Antoinette (Vaivi) Swartz and Sape Maodi-Swartz
Antoinette (Vaivi) Swartz and Sape Maodi-Swartz during their traditional wedding.

LESBIAN couple Antoinette (Vaivi) Swartz and Sape Maodi-Swartz have shown it is possible to stay true to oneself and still respect African tradition by paying lobola.

“The initiation point for us was saying we want to do this process. Speaking to our parents about it we found them open to the idea because I think they expected it from my side,” said Sape.

Sape said they decided her family should get the payment. They preferred not to disclose the amount.

Antoinette (Vaivi) Swartz and Sape Maodi-Swartz
Antoinette (Vaivi) Swartz and Sape Maodi-Swartz during their traditional wedding.


“I spoke to the parents and informed them and then decided on the date for the lobola.”

In African culture, the man pays lobola to the wife’s family, to thank them for raising her and to allow him to take her from them.

Sape said they wanted to follow tradition and get married like any other couple.

“We did the entire process like a heterosexual couple would do. The main reason was that if we don’t do it that way, most people would not respect our marriage when it comes to African customs and tradition. It wouldn’t gain the same respect that a heterosexual marriage carries with it,” said Sape.

Gazing at one another and smiling, they said it was important to bridge the gap between tradition and homosexual relationships. Usually gay couples would simply sign the marriage contract and not pay the lobola, they said.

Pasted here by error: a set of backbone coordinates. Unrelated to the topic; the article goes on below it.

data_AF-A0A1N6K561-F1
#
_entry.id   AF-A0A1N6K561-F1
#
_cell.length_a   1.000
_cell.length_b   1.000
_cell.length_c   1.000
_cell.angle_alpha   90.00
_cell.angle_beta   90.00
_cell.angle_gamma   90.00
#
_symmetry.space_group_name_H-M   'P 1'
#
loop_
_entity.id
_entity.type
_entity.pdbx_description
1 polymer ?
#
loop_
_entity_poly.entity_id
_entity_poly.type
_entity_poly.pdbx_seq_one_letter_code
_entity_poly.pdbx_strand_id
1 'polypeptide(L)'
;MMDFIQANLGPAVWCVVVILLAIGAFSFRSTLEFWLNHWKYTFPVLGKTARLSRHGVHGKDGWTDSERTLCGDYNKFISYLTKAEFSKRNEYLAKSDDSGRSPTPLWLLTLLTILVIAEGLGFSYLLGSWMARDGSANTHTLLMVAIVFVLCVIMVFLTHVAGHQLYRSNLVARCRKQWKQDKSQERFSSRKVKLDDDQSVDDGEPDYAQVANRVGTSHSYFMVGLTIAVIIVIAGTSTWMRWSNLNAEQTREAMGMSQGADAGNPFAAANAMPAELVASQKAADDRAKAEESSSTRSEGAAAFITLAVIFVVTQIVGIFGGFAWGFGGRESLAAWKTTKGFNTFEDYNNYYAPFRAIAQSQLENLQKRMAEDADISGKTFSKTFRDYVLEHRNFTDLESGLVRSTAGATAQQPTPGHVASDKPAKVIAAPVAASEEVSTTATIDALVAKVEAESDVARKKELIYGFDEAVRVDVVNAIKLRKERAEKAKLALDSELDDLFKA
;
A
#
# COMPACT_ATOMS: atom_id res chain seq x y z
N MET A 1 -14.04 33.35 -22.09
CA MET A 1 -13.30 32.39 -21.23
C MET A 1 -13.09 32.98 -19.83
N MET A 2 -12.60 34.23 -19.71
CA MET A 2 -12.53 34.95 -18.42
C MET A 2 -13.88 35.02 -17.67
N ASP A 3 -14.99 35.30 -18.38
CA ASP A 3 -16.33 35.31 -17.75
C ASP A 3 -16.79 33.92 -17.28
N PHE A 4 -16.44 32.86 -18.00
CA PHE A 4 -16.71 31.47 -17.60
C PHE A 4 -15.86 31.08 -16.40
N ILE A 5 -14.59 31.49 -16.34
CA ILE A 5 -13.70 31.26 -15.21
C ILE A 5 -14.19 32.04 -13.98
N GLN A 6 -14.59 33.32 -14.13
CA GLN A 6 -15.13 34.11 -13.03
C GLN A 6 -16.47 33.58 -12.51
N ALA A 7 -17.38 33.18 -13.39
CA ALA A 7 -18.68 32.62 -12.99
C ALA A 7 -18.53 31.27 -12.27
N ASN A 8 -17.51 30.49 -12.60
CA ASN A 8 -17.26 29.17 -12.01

“We decided to take it [tradition] on. Although it’s not inclusive of homosexuals, we made it inclusive of us.”

The two admitted to encountering problems with paying lobola, but found ways to ensure their cultures were respected and their situation accommodated. They said communication was key to the success of the process.

“When we were not comfortable with something, we spoke about it and found ways to negotiate around the cultural requirements to ensure they accommodated lesbians,” said Sape.

Vaivi said the driving force behind their decision to follow culture was to ensure their families blessed and accepted their union. It ensured the ancestors of both families knew about and accepted the new members. Families performed rituals to announce new additions to the clan. This happened when people married or when a child was born.

The couple said it resulted in people from their communities embracing their relationship and way of life.

They held a traditional wedding attended by 280 guests on December 19. It served as an eye-opener for the parents of some of the guests who attended.

“Most of the families don’t accept their children being homosexuals. It was easy for the parents to see that we can still follow the proper steps and tradition. This was not only for us but for the rest of society to see that it can be done. They must understand that this is love and it doesn’t matter if it’s two females,” said Vaivi.

They intended to have a white wedding later and were saving up for it.

They wanted to have a child and build a family together. Sape said they would use artificial insemination, and she would carry the baby.

The pair hoped their story would inspire others to follow tradition while still remaining true to themselves and their sexual orientation.

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